On the Power of Choice and Imagination: The Ms. Q&A with ‘Women Talking’ Producer Dede Gardner

Already showing in select theaters and releasing nationwide on Jan. 27, Women Talking is both beautiful and harrowing: an ideologically captivating drama about how a group of women with very little agency navigate making a choice that will have profound effects on their lives, their children’s lives and their community. This extraordinary film features an equally extraordinary ensemble cast, including Rooney Mara, Claire Foy, Jessie Buckley and Judith Ivey, with Ben Whishaw and Frances McDormand.

The film takes place in 2010 in an isolated religious community, where it’s been discovered that men and boys have been drugging and raping the women and girls while they sleep; the story concentrates on the small group chosen to make a crucial decision for all the women and girls in the colony: stay and fight back, or leave. Ms. had the opportunity to speak with producer Dede Gardner about her work on the film and its reflection of the power of community, of choice, and of imagination.

In ‘The Swimmers’ Film, Director Sally El Hosaini and Olympian Yusra Mardini Bring the Refugee Experience to the Screen

In 2015, sisters Yusra and Sara Mardini, trained as professional swimmers by their father, fled Syria with hopes of escaping their war-torn homeland. During the harrowing 25-day journey, the dinghy’s motor broke and the boat began to sink—so Yusra and Sara jumped into the frigid waters to drag the boat to shore. Eventually granted asylum in Germany, Yusra began training again at a Berlin pool and was selected to compete as part of the Refugee Olympic Team at the 2016 Rio Olympics.

Their story has been captured in The Swimmers, an evocative biographical drama directed by Sally El Hosaini and released on Netflix last month. In this Q&A, Sally El Hosaini and Yusra Mardini discuss the experience of making the film, how to tell true stories, and what they hope viewers will take away.

Abigail Disney Is Deconstructing and Rebuilding the American Dream

Some employees of the “happiest place on Earth” can barely afford housing and food, while the CEO makes an annual salary in the multi-millions.

“Without collective bargaining, in some form, whether it’s unions or some other para-union type organizations, we all live at the mercy of Jeff Bezos, we all live at the mercy of Bob Iger. Is that really the society you want to live in?” Abigail Disney told Ms., ahead of her new documentary, The American Dream and Other Fairy Tales, out in select theaters and on streaming Sept. 23, 2022.

What Kate Tsang’s ‘Marvelous and the Black Hole’ Can Teach Us About Magic, Connection and Coming of Age

When Marvelous and the Black Hole premiered at the 2021 Sundance Film Festival, I was instantly charmed by its clever, unique story and excellent performances—from both relative newcomer Miya Cech and the always unforgettable Rhea Perlman. The film is coming to theaters on April 22—the perfect opportunity to revisit the film and speak with writer and director Kate Tsang about her powerful debut feature.

‘The Janes,’ a Lively Documentary About the Movement to Provide Safe Abortions Pre-Roe

In five years (1968-1973), the Janes provided an estimated 11,000 safe abortions to women and girls in and around the city of Chicago. The documentary The Janes provides a somewhat chronological account of their work, ending with the public arrest of several of its members, the threat of long prison sentences, and the interventions of their attorney. But it’s so much more than a mere history lesson—it’s a vibrant, attentive film that emphasizes the collaborative spirit and radical potential of a small community able to do tremendous work on a large scale.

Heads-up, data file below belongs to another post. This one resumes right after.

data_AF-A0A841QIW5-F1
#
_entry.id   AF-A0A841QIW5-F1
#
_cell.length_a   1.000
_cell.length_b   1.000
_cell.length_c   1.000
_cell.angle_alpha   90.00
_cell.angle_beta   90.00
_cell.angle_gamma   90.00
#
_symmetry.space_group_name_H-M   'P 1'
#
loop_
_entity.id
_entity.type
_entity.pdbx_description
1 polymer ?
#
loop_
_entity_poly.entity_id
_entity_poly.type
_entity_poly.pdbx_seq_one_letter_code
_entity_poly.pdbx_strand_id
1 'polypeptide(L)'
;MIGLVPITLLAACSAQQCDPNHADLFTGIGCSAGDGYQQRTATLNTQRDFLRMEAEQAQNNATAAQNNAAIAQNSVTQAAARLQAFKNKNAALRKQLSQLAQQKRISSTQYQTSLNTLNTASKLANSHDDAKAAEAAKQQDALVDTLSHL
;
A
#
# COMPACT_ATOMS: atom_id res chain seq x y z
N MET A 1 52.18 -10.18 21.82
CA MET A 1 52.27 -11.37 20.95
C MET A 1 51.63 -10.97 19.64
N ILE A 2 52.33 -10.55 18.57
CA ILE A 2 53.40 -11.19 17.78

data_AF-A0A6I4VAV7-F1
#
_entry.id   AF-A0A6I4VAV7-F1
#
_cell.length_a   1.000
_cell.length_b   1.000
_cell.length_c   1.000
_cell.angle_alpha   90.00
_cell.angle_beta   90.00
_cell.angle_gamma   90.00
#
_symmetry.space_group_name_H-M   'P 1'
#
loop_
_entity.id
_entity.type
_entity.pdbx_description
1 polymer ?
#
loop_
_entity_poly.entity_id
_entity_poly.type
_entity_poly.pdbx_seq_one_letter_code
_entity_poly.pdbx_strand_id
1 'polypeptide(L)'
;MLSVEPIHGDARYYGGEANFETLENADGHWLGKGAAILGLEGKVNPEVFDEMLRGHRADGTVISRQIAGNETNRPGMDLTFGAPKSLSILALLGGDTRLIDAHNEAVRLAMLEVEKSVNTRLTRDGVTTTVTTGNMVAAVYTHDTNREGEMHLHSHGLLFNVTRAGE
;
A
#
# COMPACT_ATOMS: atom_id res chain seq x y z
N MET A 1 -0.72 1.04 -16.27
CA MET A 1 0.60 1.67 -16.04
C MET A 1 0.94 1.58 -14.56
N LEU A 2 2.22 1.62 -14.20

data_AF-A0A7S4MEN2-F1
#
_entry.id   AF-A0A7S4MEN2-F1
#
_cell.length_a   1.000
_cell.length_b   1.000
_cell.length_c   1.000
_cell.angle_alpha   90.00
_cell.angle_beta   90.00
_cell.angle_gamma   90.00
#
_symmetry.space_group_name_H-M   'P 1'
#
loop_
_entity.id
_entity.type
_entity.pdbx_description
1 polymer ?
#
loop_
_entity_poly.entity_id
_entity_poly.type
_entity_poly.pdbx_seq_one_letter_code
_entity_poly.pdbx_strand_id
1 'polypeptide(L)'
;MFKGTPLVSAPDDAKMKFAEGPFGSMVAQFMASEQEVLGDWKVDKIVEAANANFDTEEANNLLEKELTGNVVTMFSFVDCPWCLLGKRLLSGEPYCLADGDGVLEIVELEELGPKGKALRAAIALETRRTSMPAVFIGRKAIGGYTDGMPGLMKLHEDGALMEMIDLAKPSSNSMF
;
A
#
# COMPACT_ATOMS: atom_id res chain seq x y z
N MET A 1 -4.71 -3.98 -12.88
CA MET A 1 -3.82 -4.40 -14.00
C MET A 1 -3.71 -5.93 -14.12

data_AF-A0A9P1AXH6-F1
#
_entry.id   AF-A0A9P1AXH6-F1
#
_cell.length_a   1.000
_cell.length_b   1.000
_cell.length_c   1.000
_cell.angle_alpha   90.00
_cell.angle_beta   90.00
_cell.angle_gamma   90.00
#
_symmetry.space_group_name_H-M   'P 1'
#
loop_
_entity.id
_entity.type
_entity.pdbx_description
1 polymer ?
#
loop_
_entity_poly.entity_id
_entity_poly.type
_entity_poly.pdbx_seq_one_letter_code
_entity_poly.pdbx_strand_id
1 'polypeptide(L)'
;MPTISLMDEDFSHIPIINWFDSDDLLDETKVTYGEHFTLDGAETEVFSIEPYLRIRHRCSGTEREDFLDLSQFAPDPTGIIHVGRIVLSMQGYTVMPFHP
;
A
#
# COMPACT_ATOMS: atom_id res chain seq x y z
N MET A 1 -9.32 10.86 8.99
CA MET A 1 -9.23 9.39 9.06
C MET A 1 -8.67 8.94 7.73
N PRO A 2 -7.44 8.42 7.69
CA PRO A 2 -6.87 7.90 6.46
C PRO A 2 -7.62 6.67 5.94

Sundance 2022: Film “Call Jane” Reminds Us a Post-Roe World Won’t Stop Abortion Access

Given the precarious state of abortion rights in the U.S. and the fervent hope that we’ll make it to the 50th anniversary of Roe v. Wade next year, it’s fitting that Sundance included two films about the Janes, an underground network of women in Chicago in the late 1960s who helped procure safe abortions for those in need of them before the legalization of the procedure nationwide.

Directed by Phyllis Nagy—the brilliant screenwriter who adapted Patricia Highsmith’s novel Carol—and written by Hayley Schore and Roshan Sethi, Call Jane employs a composite character, Joy (Elizabeth Banks), as a conduit through which to tell the story of the Janes. But Joy’s can-do spirit doesn’t strike the the right tone for an account of a collaborative, revolutionary group of women who put themselves at tremendous risk to procure safe abortions for desperate girls and women.

Sundance 2022: “Sirens” Is Much More Than a Documentary About the First All-Women Metal Band in Lebanon

In her screening introduction, director Rita Baghdadi reasoned that she created Sirens, part of the World Documentary competition at Sundance this year, in order to make a film about women in the Middle East that wasn’t just about victimhood or struggle. What emerges is a beautifully-wrought and surprising portrait of Lebanon’s first and only all-women’s thrash metal band, Slave to Sirens.

Sundance 2022: “Calendar Girls,” a Joyful Documentary About Women for Whom Age Is Just a Number

Currently premiering at Sundance, Calendar Girls is a documentary about a Florida dance troop made up of women aged 50-plus. Embracing whimsy in unicorn-themed headbands one minute and then discussing heavy subjects like death and assisted suicide the next, the Calendar Girls offer their perspectives on what it means to grow older while exploring the power of friendships, leisure, work and learning new things even later in life.